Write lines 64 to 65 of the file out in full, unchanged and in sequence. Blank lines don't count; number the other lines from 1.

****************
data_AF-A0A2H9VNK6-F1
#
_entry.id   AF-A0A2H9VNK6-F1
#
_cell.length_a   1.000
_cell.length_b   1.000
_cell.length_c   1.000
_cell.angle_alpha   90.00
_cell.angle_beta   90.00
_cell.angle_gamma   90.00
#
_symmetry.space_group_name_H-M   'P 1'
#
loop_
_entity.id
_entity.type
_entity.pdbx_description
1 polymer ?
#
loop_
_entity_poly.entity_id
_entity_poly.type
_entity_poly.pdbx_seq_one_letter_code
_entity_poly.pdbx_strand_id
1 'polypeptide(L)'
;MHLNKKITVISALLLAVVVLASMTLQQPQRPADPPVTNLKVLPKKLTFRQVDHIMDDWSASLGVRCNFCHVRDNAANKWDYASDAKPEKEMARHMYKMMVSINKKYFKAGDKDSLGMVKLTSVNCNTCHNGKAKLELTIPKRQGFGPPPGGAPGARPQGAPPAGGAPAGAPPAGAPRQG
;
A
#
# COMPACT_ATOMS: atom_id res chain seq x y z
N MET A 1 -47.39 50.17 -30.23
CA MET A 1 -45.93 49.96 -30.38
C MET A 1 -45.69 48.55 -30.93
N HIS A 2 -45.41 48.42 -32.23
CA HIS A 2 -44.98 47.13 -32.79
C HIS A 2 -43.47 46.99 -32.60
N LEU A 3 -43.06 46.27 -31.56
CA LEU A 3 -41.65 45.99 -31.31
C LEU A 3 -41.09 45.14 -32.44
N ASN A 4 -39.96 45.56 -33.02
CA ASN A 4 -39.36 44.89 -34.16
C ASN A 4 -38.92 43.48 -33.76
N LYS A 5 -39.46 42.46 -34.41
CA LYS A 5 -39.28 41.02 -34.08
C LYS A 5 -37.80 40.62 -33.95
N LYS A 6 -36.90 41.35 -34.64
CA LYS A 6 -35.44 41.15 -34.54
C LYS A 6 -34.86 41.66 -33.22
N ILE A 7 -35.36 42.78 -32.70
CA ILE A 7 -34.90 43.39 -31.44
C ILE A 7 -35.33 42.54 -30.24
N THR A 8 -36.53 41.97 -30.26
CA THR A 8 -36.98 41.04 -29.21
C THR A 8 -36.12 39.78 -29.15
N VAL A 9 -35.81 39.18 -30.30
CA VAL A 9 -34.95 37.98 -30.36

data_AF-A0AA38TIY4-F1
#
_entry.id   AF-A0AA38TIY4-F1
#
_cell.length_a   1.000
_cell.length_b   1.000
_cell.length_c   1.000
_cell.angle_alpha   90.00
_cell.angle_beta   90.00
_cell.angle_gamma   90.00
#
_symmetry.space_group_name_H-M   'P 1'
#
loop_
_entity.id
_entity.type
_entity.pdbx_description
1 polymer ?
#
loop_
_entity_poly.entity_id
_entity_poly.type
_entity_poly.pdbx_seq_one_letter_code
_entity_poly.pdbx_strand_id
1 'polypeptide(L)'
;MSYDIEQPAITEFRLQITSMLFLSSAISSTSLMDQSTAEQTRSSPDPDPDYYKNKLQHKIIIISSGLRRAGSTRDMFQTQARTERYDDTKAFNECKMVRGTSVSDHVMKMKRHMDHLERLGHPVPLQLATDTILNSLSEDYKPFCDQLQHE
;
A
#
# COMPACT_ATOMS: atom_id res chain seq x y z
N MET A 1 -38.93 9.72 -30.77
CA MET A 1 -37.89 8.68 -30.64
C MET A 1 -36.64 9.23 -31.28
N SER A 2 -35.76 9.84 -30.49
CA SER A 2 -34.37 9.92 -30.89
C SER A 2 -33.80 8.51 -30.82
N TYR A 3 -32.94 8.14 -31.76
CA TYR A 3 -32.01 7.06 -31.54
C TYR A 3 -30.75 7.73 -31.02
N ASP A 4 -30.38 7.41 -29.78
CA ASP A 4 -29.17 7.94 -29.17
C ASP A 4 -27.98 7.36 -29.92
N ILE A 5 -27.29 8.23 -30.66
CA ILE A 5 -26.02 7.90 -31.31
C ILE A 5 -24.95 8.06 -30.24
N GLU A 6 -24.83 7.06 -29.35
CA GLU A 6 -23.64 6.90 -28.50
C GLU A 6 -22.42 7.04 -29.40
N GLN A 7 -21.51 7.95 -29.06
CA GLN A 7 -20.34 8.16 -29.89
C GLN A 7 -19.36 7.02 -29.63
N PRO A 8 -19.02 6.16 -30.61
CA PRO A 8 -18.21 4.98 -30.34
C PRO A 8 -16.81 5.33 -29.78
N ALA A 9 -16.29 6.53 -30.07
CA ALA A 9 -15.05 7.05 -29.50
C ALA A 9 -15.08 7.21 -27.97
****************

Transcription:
_cell.angle_alpha   90.00
_cell.angle_beta   90.00